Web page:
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The Mystery of the Missing Permission

While writing Unit Tests for my membership provider code, I tried adding a permission I had defined on one test user to a different test user. I was completely freaked out, since user1 suddenly no longer had that permission. What kind of witchery …

While writing Unit Tests for my membership provider code, I tried adding a permissionI had defined on one test user to a different test user. I was completely freakedout, since user1 suddenly no longer had that permission.

What kind of witchery is this? Does Collection<T>.Add() remove items from thesource collection?

No. It doesn’t. I tried it all with simple collections. List<string>.Add() doesn’thave this effect. So what’s going on?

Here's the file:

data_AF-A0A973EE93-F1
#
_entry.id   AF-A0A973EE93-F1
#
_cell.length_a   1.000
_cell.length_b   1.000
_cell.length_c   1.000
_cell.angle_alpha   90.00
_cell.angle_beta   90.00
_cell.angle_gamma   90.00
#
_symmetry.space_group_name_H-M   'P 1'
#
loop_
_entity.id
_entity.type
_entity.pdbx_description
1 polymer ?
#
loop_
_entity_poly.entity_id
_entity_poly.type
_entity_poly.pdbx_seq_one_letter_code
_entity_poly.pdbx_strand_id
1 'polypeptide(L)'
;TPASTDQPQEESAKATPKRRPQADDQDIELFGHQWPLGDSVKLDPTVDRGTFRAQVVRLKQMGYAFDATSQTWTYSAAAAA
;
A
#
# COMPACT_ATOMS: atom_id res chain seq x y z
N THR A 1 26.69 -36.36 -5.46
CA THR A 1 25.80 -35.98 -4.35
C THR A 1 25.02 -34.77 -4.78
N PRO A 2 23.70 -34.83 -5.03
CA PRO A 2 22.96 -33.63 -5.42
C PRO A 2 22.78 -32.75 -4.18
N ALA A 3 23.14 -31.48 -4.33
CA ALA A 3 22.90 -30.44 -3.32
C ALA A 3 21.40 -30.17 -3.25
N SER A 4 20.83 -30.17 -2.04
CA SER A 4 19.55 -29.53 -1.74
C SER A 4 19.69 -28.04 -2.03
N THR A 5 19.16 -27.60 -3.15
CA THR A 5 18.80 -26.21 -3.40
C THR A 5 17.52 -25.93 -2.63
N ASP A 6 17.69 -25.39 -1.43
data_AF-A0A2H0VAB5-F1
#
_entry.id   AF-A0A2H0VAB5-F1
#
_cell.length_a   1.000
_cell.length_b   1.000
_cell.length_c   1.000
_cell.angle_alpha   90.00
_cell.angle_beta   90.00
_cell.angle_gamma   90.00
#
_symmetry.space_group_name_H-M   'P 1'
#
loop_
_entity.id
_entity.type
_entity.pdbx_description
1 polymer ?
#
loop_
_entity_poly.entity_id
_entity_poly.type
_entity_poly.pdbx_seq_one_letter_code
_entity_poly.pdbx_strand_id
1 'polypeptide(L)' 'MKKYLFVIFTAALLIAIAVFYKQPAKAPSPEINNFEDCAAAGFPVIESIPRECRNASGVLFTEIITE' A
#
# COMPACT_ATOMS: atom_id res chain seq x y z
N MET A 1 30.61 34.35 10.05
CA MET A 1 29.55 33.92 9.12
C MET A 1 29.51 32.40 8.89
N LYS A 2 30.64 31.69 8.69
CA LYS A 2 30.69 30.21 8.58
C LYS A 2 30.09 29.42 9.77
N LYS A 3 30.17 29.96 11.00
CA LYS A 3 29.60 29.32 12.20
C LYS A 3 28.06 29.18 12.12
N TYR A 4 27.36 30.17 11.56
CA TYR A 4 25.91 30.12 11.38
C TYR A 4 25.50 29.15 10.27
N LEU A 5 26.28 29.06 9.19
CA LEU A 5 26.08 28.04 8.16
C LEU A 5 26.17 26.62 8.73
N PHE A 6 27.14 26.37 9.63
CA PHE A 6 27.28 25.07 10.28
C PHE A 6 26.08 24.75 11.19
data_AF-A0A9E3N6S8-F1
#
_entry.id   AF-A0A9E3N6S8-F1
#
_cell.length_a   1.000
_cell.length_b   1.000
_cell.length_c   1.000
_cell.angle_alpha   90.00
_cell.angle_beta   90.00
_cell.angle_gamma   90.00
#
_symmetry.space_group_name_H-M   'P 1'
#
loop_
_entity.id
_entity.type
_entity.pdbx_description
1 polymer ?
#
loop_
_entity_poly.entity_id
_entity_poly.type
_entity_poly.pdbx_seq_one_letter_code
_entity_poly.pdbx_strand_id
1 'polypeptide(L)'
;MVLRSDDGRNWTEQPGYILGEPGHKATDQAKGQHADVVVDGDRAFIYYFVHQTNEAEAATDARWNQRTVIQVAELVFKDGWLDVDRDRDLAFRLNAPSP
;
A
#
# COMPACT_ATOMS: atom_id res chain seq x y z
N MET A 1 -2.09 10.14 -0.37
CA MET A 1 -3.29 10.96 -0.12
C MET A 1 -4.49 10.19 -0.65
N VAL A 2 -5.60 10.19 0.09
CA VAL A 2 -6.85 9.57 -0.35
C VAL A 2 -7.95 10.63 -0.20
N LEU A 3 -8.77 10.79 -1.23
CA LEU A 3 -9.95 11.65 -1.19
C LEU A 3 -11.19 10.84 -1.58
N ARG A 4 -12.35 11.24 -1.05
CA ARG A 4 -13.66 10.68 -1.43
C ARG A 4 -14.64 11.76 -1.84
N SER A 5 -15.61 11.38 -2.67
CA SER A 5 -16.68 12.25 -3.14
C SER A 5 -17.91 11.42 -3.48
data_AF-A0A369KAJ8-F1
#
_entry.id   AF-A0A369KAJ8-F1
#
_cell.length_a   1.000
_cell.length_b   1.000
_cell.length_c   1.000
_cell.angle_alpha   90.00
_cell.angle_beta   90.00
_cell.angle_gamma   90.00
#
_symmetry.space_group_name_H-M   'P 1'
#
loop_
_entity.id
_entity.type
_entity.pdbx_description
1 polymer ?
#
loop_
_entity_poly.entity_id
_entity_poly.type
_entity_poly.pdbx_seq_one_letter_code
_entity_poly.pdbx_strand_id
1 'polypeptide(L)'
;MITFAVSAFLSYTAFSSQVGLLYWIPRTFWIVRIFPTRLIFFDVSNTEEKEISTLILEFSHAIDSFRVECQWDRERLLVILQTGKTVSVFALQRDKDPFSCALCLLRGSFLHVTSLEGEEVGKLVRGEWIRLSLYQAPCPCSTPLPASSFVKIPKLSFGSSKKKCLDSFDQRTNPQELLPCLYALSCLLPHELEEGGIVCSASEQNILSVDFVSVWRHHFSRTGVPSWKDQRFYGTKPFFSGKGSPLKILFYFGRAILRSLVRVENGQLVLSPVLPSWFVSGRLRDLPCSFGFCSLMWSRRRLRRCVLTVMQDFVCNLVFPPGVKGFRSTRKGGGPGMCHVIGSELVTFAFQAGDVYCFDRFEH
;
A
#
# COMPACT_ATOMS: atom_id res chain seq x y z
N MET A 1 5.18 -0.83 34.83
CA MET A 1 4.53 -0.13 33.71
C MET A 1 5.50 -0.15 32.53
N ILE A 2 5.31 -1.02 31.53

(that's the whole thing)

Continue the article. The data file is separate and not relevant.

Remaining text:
The problem has to be in my persistence layer. My User and Permissions objects areprovided by LLBLGen. So it’s gotta be something in there. (A light dawns). I lookback at my table definitions. Sure enough, a permission as a m:1 relationship withit’s user. A permission entity can’t belong to more than one user. And LLBLGen issmart enough that when I take the object in the graph and add it to a different user,it not only updates the relationship(FK), but removes it from the original object.

But how do I get the result I wanted? A simple duplication of an existing permission?I adapted the deepcopy method I found over on Stack Overflow into a general extension method andused it to dupe the permission as I added it. Clean copy in the object graph=>nochanges to the relationship(FK)=>success.

public static class DeepCloneExtension{ public static TDeepClone<T>(this Tobj) { using (varms = new MemoryStream()){ var formatter = new BinaryFormatter();formatter.Serialize(ms, obj); ms.Position = 0; return (T)formatter.Deserialize(ms);} } }